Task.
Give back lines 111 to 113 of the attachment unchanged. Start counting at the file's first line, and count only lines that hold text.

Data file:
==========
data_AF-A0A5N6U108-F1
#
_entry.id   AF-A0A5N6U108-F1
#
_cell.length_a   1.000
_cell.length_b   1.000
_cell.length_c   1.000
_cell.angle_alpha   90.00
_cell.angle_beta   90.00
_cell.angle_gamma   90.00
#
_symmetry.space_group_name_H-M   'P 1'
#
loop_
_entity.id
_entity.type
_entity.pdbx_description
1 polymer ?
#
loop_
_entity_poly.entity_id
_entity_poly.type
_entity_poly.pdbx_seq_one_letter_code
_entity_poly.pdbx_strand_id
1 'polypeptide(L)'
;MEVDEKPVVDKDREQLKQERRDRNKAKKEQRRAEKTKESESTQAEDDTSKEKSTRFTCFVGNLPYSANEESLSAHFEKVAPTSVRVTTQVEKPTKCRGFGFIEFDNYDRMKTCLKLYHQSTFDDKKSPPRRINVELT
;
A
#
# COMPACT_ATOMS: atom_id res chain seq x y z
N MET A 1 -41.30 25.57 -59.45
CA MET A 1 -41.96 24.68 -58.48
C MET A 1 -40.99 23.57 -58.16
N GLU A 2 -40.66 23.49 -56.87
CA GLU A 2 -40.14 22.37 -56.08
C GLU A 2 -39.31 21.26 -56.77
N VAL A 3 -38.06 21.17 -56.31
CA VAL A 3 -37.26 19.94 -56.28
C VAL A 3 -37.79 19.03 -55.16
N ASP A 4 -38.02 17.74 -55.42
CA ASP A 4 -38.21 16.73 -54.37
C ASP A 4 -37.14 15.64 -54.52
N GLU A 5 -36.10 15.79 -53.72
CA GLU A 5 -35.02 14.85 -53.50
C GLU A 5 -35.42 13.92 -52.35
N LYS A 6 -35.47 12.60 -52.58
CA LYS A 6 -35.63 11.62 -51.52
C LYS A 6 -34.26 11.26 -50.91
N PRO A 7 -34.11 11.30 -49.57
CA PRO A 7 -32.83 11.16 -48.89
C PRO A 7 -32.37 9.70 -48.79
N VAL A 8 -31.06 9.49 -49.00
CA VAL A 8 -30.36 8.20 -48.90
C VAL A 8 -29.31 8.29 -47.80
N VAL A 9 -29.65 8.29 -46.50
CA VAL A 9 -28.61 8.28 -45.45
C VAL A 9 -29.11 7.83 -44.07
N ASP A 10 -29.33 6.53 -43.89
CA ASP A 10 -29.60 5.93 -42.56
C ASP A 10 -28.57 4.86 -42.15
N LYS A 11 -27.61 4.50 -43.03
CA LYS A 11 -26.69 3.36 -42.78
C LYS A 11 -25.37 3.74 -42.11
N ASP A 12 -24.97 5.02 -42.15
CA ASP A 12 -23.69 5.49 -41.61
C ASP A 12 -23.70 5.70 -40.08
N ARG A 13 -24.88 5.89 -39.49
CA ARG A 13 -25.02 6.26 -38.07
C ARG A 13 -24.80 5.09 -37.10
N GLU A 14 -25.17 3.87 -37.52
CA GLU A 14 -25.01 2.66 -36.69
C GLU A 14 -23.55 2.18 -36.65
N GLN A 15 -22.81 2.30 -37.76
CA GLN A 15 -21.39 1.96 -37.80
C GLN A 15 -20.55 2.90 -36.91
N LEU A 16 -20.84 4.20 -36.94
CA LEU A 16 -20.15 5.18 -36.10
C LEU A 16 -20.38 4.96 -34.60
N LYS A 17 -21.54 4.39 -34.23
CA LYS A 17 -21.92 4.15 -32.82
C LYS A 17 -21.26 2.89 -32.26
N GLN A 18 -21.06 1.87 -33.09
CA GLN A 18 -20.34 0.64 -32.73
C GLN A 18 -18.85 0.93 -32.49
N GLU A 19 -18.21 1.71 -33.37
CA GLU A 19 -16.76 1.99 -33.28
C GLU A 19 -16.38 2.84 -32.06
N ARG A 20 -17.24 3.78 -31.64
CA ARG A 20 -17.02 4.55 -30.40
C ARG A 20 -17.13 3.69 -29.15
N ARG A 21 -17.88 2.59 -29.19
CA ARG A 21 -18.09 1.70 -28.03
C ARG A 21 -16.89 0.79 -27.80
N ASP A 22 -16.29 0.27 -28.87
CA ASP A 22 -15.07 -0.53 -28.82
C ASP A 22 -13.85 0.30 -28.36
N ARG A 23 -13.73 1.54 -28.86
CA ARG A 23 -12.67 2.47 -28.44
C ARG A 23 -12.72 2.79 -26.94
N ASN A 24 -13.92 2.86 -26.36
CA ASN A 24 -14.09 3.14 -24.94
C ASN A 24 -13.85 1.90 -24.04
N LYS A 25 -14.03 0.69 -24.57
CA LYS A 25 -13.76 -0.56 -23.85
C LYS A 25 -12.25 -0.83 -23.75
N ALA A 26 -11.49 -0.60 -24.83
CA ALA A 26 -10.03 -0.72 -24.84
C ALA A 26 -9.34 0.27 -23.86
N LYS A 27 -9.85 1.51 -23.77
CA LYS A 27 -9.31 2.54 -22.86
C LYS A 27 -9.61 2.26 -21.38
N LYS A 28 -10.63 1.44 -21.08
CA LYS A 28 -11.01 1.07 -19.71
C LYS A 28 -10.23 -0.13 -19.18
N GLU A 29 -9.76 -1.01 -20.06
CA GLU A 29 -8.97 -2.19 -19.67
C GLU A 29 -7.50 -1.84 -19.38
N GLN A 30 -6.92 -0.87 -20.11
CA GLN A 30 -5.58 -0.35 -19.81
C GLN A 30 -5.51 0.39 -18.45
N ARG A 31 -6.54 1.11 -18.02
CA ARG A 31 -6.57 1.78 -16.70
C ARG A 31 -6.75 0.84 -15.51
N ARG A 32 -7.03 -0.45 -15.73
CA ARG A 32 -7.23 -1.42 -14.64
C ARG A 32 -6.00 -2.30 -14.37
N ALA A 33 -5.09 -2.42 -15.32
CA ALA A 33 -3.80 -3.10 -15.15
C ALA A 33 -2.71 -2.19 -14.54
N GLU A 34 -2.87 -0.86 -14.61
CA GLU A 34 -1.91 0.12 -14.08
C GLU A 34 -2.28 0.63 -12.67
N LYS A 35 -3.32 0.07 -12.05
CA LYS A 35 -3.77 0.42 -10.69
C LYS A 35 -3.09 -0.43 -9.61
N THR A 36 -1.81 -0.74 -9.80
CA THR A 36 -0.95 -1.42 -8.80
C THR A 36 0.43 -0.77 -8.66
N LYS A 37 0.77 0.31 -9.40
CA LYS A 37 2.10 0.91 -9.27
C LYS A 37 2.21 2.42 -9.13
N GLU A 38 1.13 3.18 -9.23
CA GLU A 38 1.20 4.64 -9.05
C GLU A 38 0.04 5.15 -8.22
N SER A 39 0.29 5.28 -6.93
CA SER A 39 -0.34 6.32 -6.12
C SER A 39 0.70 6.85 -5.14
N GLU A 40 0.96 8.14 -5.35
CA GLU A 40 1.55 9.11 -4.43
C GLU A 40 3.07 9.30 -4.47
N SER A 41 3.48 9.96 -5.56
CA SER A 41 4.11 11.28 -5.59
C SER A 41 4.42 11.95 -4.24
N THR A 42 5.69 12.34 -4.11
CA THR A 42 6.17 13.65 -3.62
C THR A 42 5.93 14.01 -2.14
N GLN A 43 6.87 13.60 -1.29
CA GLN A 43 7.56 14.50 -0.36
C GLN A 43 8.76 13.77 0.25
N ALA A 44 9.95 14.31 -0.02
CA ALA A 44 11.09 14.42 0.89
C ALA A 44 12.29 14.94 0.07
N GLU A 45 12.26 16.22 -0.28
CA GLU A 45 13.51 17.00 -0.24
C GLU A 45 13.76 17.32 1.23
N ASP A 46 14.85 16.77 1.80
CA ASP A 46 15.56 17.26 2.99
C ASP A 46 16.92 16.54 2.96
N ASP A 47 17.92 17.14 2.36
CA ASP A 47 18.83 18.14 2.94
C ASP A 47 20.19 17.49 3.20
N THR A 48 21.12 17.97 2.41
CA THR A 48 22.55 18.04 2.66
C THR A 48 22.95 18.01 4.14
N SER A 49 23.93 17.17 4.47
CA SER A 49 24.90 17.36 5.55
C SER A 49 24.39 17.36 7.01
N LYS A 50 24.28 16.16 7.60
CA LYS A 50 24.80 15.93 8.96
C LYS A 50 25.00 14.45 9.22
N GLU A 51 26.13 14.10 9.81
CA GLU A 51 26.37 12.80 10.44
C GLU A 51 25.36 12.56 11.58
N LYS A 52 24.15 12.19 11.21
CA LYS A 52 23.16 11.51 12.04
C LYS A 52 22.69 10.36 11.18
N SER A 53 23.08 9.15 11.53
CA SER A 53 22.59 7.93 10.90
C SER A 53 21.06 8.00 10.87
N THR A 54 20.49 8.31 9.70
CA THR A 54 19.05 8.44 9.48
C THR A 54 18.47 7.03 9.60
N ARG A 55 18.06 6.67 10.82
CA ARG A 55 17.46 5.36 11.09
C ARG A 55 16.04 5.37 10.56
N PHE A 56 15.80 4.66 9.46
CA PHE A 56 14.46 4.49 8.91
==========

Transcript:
C LYS A 27 -9.61 2.26 -21.38
N LYS A 28 -10.63 1.44 -21.08
CA LYS A 28 -11.01 1.07 -19.71